The first piece of news is all about waiting. Vancouverites will have to wait at least another 6 months before they find out if the VAG will expand into the adjoining space under Robson Square, or move location entirely. The expansion option has been extended to June 5th, 2005, which gives more time for the master planning committee to complete and present it's report.
I'm hoping they expand rather than move, as I can't picture anything else taking over the space. It fits so well, even though it wasn't intended as an art gallery.
Originally designed in 1907 by the same Francis Rattenbury who designed the BC Parliament buildings and Victoria's Empress Hotel, it was B.C.'s second provincial courthouse. It closed in August of 1979, and was extensively (and expensively) converted by Arthur Erickson and Associates for the express use of the VAG. If you're interested in getting background information about the courthouse, visit Aneil Manhas' excellent website. For more details on the expansion, check out this CBC posting.
The second piece of news is the one I'm REALLY excited about. The VAG has acquired a photo collection of 463 prints by 155 artists, with prints from some of my favourite photographers; Henri Cartier-Bresson, Julia Margaret Cameron, Margaret Bourke-White, Dorothea Lange, Ansel Adams and Tina Modotti. Valued at $2 million dollars CDN, it's bound to be an amateur photographer's bliss. I'm sure there will be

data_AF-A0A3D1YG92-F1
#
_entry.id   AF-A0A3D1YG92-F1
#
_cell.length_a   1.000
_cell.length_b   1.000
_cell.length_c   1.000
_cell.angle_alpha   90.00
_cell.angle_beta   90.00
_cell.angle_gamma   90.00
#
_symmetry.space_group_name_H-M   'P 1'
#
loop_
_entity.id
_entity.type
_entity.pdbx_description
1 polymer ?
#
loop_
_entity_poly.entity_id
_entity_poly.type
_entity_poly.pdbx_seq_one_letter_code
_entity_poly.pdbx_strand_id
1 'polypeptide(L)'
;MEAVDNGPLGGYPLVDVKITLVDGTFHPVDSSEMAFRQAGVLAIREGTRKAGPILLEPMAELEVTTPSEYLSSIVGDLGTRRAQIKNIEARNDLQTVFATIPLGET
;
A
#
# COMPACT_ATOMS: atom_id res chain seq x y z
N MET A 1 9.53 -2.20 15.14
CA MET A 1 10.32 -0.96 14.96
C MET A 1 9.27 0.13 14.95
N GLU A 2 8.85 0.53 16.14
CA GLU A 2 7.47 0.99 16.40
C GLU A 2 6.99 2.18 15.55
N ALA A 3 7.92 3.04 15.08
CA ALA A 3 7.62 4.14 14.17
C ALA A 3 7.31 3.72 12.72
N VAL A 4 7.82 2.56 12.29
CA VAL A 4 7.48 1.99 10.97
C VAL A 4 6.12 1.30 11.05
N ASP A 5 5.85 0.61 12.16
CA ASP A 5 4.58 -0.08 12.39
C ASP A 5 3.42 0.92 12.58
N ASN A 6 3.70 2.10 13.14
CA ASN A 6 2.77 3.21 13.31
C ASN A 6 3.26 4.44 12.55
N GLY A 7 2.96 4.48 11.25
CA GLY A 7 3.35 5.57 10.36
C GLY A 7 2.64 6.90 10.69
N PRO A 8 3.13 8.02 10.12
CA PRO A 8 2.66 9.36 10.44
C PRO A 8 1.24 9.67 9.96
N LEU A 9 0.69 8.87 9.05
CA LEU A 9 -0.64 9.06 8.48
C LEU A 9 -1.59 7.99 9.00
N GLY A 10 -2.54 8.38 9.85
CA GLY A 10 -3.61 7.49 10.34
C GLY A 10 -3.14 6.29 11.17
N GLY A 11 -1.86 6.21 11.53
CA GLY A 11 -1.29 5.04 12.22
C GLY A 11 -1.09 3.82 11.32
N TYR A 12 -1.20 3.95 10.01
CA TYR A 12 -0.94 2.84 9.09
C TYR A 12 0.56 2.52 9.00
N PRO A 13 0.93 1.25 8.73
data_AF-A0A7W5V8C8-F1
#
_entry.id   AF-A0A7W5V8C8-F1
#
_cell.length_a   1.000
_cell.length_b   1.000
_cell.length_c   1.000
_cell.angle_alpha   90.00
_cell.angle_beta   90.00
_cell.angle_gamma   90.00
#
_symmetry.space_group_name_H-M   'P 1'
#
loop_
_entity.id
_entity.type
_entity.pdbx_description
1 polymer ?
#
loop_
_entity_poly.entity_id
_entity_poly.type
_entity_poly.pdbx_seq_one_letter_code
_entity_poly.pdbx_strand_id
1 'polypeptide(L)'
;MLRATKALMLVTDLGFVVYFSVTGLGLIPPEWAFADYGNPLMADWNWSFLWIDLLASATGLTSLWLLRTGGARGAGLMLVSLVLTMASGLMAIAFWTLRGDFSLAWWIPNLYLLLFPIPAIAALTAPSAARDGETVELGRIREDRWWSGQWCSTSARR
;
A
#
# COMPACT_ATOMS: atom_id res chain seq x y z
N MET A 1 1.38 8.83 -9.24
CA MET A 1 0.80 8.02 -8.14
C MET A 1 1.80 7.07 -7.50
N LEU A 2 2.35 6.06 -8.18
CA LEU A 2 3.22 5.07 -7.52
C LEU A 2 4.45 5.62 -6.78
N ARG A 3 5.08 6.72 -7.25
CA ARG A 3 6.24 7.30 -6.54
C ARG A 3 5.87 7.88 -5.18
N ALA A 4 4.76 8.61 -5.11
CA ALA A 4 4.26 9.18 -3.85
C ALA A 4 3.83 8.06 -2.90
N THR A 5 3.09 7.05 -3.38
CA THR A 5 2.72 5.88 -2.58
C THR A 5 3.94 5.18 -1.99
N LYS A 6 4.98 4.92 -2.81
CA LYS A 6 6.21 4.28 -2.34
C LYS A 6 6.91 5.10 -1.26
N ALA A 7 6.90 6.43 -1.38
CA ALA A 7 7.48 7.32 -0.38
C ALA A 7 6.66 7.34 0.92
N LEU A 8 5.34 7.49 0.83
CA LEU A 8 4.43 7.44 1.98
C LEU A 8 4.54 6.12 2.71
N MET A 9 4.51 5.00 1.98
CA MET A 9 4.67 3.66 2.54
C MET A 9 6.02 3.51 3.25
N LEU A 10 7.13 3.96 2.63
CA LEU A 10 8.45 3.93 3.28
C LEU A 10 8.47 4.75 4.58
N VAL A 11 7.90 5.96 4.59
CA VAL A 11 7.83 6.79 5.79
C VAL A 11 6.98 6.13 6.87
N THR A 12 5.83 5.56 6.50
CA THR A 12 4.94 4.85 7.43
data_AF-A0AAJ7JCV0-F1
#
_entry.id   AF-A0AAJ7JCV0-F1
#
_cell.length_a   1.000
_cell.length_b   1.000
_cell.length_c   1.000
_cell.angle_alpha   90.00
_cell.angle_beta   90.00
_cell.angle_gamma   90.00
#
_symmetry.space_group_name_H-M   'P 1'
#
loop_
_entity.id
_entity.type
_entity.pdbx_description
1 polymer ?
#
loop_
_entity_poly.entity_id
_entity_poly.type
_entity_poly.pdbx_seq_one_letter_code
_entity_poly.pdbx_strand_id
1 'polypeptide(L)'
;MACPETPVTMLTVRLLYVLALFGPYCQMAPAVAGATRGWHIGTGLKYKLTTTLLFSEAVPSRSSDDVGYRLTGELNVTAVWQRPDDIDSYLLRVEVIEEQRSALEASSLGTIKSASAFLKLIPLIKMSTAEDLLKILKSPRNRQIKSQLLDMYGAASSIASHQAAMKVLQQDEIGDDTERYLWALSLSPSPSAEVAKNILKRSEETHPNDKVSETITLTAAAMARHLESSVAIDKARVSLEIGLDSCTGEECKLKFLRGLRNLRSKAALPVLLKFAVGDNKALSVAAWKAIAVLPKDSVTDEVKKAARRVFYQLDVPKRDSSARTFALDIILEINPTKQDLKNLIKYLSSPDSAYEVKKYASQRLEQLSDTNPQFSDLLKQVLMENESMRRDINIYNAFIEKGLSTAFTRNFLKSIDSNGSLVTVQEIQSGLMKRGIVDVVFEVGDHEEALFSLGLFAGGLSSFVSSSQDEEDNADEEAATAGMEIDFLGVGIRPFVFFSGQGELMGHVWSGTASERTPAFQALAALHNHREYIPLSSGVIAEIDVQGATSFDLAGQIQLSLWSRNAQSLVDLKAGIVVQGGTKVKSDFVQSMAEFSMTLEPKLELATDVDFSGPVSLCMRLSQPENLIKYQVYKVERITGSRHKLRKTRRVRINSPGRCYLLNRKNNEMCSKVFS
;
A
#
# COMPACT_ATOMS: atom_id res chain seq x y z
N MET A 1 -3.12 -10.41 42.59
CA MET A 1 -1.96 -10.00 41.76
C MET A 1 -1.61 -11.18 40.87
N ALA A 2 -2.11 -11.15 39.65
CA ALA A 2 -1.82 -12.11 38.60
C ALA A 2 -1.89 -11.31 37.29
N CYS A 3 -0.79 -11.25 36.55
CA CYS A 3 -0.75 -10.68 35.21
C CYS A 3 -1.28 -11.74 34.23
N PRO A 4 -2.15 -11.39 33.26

Here's the blurb from the VAG:
REAL PICTURES: PHOTOGRAPHS FROM THE COLLECTION OF CLAUDIA BECK AND ANDREW GRUFT
From canonical figures in the history of photography Henri Cartier-Bresson, Robert Frank, André Kertész, Nadar, William Henry Fox Talbot and Edward Weston to contemporary Vancouver artists such as Roy Arden, Stephen Waddell, Scott McFarland and Karin Bubas, this exhibition presents more than 300 photographic works from the outstanding collection of Claudia Beck and Andrew Gruft. Assembled over three decades, the Beck/Gruft collection is notable for its emphasis on vintage prints and focuses on the descriptive power of photography. These images are both documents and fictions, evoking an ongoing fascination with photography’s compelling position in a realm between truth and artifice.